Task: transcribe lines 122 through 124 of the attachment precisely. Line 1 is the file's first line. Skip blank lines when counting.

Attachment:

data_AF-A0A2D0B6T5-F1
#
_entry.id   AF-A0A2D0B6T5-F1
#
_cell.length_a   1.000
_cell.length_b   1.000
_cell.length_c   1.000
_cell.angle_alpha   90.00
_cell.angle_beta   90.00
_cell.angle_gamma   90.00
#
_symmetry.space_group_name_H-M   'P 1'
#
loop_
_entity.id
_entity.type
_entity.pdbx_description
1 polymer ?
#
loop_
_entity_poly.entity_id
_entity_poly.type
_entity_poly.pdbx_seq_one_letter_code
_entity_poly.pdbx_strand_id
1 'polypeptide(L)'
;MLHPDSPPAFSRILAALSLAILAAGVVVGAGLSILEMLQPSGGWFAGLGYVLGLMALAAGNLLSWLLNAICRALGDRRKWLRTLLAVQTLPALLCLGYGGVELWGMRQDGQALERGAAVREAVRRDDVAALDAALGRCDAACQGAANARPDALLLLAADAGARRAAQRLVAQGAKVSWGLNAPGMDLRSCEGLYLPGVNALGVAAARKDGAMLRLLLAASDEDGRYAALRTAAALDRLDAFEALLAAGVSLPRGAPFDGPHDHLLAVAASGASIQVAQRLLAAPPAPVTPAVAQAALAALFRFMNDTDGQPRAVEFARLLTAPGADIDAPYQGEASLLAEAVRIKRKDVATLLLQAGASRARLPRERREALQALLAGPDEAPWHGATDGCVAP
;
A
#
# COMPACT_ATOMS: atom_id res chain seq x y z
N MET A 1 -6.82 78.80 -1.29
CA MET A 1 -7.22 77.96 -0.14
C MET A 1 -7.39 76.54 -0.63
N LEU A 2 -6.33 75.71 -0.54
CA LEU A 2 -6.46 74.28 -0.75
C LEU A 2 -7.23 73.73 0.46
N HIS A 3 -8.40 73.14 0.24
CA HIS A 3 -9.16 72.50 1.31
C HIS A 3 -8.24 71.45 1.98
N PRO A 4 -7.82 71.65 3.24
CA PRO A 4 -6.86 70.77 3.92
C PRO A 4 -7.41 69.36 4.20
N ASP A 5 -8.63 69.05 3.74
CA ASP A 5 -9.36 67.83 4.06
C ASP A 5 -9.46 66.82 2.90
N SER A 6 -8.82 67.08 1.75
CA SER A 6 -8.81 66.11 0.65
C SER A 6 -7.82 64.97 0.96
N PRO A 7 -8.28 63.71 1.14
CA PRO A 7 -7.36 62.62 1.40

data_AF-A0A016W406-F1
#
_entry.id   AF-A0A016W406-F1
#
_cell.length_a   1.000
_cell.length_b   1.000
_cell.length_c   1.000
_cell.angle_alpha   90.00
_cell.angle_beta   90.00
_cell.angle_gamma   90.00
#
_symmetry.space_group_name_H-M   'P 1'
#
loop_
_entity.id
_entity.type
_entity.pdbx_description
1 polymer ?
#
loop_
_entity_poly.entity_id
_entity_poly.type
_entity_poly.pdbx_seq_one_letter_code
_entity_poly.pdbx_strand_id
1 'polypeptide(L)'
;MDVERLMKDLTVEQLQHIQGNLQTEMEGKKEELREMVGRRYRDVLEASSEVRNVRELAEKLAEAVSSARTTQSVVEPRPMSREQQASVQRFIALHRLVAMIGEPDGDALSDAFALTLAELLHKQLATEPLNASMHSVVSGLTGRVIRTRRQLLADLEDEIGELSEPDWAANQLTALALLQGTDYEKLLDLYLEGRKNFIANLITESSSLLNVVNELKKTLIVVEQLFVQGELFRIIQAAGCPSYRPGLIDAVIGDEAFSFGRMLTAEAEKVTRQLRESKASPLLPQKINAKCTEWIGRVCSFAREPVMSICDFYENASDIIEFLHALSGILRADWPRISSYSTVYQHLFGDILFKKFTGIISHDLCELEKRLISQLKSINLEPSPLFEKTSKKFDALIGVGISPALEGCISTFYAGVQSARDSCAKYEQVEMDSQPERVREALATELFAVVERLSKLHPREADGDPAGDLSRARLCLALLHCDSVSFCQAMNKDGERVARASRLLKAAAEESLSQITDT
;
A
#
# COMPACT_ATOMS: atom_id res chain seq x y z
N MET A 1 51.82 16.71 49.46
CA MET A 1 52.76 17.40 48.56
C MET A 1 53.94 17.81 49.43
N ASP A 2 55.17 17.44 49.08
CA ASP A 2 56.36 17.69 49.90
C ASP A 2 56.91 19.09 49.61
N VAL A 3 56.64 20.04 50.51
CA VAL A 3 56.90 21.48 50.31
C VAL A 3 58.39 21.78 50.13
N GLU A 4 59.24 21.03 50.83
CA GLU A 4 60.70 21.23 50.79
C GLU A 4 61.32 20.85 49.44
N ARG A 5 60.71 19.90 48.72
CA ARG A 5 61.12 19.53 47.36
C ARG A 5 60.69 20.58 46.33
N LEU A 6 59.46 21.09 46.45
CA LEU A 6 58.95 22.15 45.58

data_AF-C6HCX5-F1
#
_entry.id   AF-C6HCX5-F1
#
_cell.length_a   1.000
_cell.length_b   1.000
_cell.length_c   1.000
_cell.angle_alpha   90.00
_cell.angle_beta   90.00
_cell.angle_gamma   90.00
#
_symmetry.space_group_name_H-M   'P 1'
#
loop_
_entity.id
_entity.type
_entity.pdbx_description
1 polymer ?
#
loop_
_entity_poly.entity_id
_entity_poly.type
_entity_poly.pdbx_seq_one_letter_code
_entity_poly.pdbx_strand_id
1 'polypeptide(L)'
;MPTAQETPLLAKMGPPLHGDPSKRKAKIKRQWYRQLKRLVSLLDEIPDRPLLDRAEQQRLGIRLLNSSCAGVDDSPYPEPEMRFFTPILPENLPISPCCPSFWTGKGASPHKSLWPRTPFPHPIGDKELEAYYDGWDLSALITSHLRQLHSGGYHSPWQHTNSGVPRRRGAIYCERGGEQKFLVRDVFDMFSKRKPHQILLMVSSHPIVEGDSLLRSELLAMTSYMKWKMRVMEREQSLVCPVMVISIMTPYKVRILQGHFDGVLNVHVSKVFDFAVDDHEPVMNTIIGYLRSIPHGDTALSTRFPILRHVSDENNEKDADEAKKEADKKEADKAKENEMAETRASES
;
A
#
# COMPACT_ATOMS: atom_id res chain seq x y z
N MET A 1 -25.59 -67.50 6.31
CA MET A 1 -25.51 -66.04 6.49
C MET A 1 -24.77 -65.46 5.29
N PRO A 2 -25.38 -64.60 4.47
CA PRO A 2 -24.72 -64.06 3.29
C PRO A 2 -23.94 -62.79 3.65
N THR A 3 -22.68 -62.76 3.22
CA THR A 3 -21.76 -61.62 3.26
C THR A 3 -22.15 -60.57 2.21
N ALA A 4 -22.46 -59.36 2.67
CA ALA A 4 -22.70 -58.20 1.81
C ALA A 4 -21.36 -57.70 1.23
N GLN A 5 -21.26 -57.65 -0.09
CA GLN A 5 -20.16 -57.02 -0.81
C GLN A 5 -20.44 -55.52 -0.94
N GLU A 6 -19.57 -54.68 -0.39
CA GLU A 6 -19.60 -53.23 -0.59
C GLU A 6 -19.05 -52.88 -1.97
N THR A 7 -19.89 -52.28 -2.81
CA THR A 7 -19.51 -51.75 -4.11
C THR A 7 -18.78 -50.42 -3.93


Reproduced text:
1 'polypeptide(L)'
;MPTAQETPLLAKMGPPLHGDPSKRKAKIKRQWYRQLKRLVSLLDEIPDRPLLDRAEQQRLGIRLLNSSCAGVDDSPYPEPEMRFFTPILPENLPISPCCPSFWTGKGASPHKSLWPRTPFPHPIGDKELEAYYDGWDLSALITSHLRQLHSGGYHSPWQHTNSGVPRRRGAIYCERGGEQKFLVRDVFDMFSKRKPHQILLMVSSHPIVEGDSLLRSELLAMTSYMKWKMRVMEREQSLVCPVMVISIMTPYKVRILQGHFDGVLNVHVSKVFDFAVDDHEPVMNTIIGYLRSIPHGDTALSTRFPILRHVSDENNEKDADEAKKEADKKEADKAKENEMAETRASES
;